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Iowa City school board votes yes to change 2014 fiscal budget

BY LAUREN COFFEY | APRIL 03, 2013 5:00 AM

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After no debate Tuesday night with the Iowa City community, Iowa City School Board members unanimously voted to pass the 4 percent increase in potential allowable growth rate.

Iowa legislators must now vote to set an allowable growth rate, and district officials hope they keep the Iowa City recommendation in mind.

The board will file the proposal with the county auditor on April 15.

The board discussed the budget in-depth at their previous meeting, with concerns from the chief financial officer Craig Hansel as well as board members.

“Right now, 4 percent allowable growth is the highest tax rate — if we receive something under that, then we’ll receive less,” Hansel said. “We published what we felt would be the highest tax rate we expect.”

The allowable-growth rate determines how much the state and district spend per student from one year to the next. Gov. Terry Branstad has proposed a 0 percent allowable growth, which would cause the districts to spend the same on each student as the previous year.

The projected expenditure budget per student for fiscal 2014 is $10,282 per student, but Hansel said this isn’t necessarily what the district would spend. It serves more as a cap on spending. The majority of expenditures on students come from instruction, administration, and maintenance.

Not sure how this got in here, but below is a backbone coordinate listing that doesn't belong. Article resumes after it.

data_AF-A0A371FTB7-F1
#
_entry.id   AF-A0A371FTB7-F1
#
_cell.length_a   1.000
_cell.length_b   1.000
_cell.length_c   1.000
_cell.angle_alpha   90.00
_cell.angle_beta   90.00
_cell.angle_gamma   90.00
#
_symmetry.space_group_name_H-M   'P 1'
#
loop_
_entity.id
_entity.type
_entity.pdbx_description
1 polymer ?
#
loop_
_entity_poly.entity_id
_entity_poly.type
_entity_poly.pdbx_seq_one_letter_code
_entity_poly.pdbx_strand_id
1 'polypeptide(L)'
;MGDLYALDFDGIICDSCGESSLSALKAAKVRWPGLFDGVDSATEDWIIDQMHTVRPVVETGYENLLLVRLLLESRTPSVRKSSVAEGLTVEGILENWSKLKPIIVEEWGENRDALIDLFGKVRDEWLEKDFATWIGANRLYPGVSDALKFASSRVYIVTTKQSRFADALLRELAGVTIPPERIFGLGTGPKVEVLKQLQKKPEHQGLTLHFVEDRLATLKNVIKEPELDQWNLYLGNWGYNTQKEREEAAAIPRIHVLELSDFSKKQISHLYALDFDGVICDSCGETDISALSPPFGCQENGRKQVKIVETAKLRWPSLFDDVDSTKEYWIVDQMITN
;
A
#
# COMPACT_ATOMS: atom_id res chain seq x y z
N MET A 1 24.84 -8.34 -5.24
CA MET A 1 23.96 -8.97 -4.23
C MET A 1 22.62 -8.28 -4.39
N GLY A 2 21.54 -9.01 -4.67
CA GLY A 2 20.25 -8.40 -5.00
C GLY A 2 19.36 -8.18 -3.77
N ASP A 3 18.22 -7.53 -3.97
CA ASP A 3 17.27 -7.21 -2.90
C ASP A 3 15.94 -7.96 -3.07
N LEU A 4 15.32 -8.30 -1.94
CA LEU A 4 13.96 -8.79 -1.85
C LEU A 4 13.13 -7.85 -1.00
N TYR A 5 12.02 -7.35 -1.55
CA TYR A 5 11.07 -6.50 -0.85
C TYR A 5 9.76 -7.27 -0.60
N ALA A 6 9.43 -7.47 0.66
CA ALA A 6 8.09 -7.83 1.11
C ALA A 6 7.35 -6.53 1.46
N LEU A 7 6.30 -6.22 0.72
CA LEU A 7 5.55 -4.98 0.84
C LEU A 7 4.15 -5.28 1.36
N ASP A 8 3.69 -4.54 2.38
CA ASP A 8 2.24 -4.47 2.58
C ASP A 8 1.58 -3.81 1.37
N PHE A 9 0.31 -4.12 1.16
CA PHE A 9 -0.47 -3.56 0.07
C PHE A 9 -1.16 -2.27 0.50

This topic was up for discussion; however, no member of the board or the public chose to comment.
Although there was no discussion, one board member did not necessarily feel satisfied with the vote.

“The issue is a lot of unknown,” board member Jeff McGinness said, noting a decision hasn’t been made at the state level. “I didn’t want to artificially cap ourselves. Honestly, I’m not sure if it matters right now if we call, email, or signal to legislators what we’re doing. I’ve talked to legislators, and unfortunately, I don’t know who’s dragging their feet [in this decision].”

The district spends substantially less per student than other districts across the country. In order to raise the money spent per student to the national average, the state would have to use an allowable-growth rate of 16 percent.

The Iowa House of Representatives proposed a growth rate of 2 percent, and the Senate proposed a 4 percent rate, the same recommendation the School Board made.

Board member Patti Fields said the district wanted to be proactive in the decision, even if other districts have not been.

“The [legislators] could make a decision anywhere between 0 and 4 percent,” she said. “We hope there’s no 0 percent. Right now, that’s what it’s at, so a lot of districts assume the 0 percent.”

The board was pleased with the speedy decision of the proposal and is also excited for the next step of the decision by legislators.

“We always want more,” McGinness said. “Because you’re talking about more money for the education, which helps hiring teachers and creating smaller class sizes.”


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